In 1933, the Civilian Conservation Corps opened State Park Project 2 work camps 336 and 356 at the park. CCC workers created recreational facilities and performed tree plantings for erosion control and silt management around the dam from adjacent overworked farms.[8] Keeping the shores and hillsides vegetated minimized erosion, thus minimizing the amount of silt that could clog the turbines of Bloede's Dam which generated electricity for surrounding communities.

On May 15, 1941, the camp was converted to the nation's first Civilian Public Service conscientious objector camp, CPS Camp #3, with 26 men and three women[9] required to serve for one year, a term that was extended as the United States entered World War II.[10]

21st century

In 2014, Howard County and Baltimore County[11] approved the Patapsco Heritage Greenway, Inc. management plan[12] for the Patapsco Heritage Area with includes a portion of the Patapsco Valley State Park.[13][14]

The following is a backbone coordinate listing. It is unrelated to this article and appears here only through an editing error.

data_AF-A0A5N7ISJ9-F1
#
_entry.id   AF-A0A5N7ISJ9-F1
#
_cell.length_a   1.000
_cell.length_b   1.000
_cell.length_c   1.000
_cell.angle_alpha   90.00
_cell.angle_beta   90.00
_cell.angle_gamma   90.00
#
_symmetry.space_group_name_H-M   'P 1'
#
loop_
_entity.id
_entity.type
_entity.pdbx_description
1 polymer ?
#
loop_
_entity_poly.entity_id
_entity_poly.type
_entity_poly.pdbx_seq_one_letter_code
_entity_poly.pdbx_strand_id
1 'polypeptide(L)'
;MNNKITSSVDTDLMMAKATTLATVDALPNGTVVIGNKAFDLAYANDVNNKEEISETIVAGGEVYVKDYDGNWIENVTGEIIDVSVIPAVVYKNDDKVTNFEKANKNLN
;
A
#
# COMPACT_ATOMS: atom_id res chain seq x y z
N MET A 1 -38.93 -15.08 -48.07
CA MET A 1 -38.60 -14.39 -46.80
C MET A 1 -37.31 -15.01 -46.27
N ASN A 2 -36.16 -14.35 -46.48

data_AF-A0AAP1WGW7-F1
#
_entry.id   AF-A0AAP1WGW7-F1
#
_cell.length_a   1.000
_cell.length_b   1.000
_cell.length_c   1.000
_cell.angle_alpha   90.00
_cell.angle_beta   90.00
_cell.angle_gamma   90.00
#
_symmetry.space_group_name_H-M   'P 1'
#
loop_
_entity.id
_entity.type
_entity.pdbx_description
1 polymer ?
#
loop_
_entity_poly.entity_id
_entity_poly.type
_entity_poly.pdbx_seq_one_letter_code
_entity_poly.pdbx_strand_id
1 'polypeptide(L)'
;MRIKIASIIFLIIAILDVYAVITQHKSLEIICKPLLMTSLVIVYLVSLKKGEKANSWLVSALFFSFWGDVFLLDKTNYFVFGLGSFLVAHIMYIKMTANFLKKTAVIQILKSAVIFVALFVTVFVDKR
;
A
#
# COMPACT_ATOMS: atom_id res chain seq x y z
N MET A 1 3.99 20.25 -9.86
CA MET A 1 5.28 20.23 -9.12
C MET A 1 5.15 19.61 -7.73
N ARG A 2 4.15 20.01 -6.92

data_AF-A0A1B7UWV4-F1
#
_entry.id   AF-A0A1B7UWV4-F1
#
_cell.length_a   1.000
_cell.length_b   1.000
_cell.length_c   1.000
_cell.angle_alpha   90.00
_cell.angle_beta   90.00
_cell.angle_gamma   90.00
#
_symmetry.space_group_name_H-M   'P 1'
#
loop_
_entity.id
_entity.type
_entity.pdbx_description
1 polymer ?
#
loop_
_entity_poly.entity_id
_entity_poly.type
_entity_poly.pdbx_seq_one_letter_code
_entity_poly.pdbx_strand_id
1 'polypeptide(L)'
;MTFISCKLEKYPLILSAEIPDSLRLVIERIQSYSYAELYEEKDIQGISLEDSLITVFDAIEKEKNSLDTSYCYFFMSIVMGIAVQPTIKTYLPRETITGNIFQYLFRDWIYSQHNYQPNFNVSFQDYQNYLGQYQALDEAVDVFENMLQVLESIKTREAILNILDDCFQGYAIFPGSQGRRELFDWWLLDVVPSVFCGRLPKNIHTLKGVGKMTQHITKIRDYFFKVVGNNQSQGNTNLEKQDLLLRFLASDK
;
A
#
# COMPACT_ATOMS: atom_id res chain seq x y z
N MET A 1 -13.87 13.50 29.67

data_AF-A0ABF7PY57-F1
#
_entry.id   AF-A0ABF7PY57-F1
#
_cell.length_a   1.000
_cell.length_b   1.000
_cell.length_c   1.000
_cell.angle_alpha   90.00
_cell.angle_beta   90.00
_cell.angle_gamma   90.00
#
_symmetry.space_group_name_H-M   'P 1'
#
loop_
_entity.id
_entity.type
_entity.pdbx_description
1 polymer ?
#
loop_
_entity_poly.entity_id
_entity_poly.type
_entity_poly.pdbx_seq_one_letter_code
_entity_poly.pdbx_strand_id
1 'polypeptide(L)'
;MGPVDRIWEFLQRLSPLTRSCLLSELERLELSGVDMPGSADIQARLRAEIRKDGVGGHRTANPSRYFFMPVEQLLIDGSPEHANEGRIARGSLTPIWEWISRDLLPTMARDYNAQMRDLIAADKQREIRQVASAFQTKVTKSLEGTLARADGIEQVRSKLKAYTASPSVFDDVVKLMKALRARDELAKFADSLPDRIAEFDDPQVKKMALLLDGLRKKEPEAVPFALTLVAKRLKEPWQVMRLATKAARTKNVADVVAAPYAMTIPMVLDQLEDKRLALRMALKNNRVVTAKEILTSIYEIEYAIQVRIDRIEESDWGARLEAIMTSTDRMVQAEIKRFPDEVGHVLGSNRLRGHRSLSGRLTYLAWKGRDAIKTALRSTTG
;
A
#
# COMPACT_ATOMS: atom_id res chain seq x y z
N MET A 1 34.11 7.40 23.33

In 2015, 24.6 square miles which includes a portion of the Patapsco Valley State Park, was certified as the Maryland’s 13th Heritage Area by the Maryland Heritage Areas Authority. The Maryland Chapter of the Sierra Club opposed the project out of concern of additional development on the valuable land, of which the Maryland Department of Natural Resources would be the approving authority.[15]

Activities and amenities[edit]

The park's recreational opportunities include hiking, fishing, camping, canoeing, horseback riding, mountain biking, and picnicking. The Baltimore City Paper named the park as its "Best Place to Hike" in 2007.[16]

Park areas [4]